This course allows you to study Drama as a single honours degree, giving you an in-depth knowledge of the subject.
Drama at BGU is a forward-looking programme that looks beyond historic and established conventions by exploring what drama can be now and in the future. The programme is grounded in the academic elements of drama as well as practical performance making.
|Academic School:||School of Humanities|
|Mode of Study:||Full-time|
|Awarding Institution:||Bishop Grosseteste University|
Why Study This Course?
You will normally need 96 -112 UCAS tariff points (from a maximum of four Advanced Level qualifications). We welcome a range of qualifications that meet this requirement, such as A/AS Levels, BTEC, Access Courses, International Baccalaureate (IB), Cambridge Pre-U, Extended Project etc.
However this list is not exhaustive – please click here for details of all qualifications in the UCAS tariff.
In accordance with University conditions, students are entitled to apply for Accredited Prior Learning, AP(C)L, based on relevant credit at another HE institution or credit Awarded for Experiential Learning, (AP(E)L).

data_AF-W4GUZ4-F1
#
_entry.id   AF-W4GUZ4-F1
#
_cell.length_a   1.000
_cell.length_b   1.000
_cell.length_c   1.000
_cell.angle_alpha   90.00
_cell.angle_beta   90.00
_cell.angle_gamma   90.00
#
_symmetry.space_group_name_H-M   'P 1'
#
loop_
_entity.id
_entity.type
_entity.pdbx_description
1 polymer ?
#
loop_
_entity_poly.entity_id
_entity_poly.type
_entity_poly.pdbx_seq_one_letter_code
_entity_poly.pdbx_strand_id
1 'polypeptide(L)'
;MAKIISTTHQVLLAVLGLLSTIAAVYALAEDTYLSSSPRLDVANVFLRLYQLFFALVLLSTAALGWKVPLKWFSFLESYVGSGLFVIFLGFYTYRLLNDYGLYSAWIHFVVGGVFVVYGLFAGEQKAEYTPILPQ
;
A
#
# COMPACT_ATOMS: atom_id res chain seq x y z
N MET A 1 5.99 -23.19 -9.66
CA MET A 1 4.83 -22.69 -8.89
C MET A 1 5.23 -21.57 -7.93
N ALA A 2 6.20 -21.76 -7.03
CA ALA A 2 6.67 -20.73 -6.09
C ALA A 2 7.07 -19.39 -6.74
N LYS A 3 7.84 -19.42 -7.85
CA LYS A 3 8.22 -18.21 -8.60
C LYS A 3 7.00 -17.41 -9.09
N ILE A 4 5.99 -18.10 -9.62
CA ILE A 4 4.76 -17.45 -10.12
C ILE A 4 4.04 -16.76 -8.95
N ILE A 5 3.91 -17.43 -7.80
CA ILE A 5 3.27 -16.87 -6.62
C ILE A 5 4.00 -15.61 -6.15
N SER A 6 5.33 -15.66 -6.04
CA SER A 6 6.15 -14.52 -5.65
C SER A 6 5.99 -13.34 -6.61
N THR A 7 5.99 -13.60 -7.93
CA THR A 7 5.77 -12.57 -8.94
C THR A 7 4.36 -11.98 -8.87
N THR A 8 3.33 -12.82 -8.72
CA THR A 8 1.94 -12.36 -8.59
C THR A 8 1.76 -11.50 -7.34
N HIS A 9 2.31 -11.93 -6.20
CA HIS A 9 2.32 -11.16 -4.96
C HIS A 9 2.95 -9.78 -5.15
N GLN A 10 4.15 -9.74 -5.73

About The Course
The BA (Hons) Drama focuses on contemporary drama – creating, adapting, devising and developing new work with fresh ideas. The ultimate goal of the programme is not to train actors, however, a substantial amount of acting is part of the programme at all levels, and a Level 4 module, Acting Skills, which focuses on Stanislavski’s acting techniques, is meant to lay a firm foundation for this. And because we believe that there is more into drama than acting, you will acquire a variety of skills – intellectual, practical and transferable skills – that can prepare you for the life after your programme at BGU. You will have the opportunity to take part in productions throughout your time, which will enrich and enhance your experience at BGU. By the end of the course, you’ll leave us equipped with a wide range of transferable skills, which can be taken to a broad set of public, private, commercial and third-sector settings.